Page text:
Pennsylvania democrats are counting on the midterm momentum they garnered last year as they gear up for the 2020 presidential race. Donald Trump's victory in Pennsylvania in 2016 came as a surprise to many democrats, including Nancy Patton Mills, who now serves as chair of the Pennsylvania Democratic Party.
"Whenever I went to sleep, I knew we had a lot of work to do," Patton Mills says. Now she's responsible for strategizing how to get those outside her party to vote for democratic candidates.
She says the 2018 election, which resulted in a 9-9 split in Pennylvania's Congressional delegation, make her optimistic about her party's chances, but democrats will need more than the "same old playbook" courting Pennsylvania's largest cities to take the commonwealth.
Later in the program:
The Gateway Medical Society is an association of doctors, nurses and non-medical professionals committed to eliminating health disparities among people of color. At the Gateway to Wellness symposium this Saturday, they will also offer free screenings and counseling. 90.5 WESA’s Elaine Effort spoke with Steven Evans, the group's vice president and surgical oncologist, about the need for this type of community outreach.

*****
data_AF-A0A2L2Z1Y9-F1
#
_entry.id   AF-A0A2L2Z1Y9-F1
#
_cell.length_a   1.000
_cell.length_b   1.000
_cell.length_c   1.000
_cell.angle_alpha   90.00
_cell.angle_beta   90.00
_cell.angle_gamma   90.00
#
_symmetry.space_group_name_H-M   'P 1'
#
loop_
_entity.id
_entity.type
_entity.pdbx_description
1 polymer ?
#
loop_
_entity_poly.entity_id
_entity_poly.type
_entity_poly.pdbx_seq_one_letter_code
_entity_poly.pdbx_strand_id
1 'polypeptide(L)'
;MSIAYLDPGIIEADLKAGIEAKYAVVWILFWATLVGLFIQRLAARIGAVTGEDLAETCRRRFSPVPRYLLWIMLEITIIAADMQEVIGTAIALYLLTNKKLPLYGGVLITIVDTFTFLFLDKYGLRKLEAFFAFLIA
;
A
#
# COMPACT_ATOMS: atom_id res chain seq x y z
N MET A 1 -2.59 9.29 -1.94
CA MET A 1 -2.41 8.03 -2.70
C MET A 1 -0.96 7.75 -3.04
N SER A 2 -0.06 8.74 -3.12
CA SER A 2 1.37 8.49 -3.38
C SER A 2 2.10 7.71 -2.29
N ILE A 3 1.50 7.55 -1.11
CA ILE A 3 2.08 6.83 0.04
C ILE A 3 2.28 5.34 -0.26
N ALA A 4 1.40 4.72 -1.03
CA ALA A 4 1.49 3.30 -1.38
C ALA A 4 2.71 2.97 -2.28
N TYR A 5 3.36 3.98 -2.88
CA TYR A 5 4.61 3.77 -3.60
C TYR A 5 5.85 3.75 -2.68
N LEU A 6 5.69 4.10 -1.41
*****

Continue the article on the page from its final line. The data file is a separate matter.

Drop-in medical centers allow people with mental health diagnoses to help one another and serve as alternative to going to an emergency room. The centers are not available in many Pennsylvania counties, and some have limited hours and resources. WITF reporter Brett Sholtis looked at the effect one drop-in center in Blair County has on a community. The report was part of an ongoing series "Through the Cracks."
And Quantum Theatre, known in part for their site-specific performances, is mixing Shakespeare with Pittsburgh’s steel heritage in a new production of King Lear at the Carrie Blast Furnaces in Swissvale. 90.5 WESA’s Bill O’Driscoll says that director Risher Reddick found similarities between Pittsburgh’s loss of identity with the collapse of big steel and Lear’s own deterioration. The Carrie Furnaces are what's left of the Homestead Steel Works and sat empty for decades before being revived as an art space and a National Historic Landmark.
90.5 WESA's Julia Zenkevich contributed to this program.
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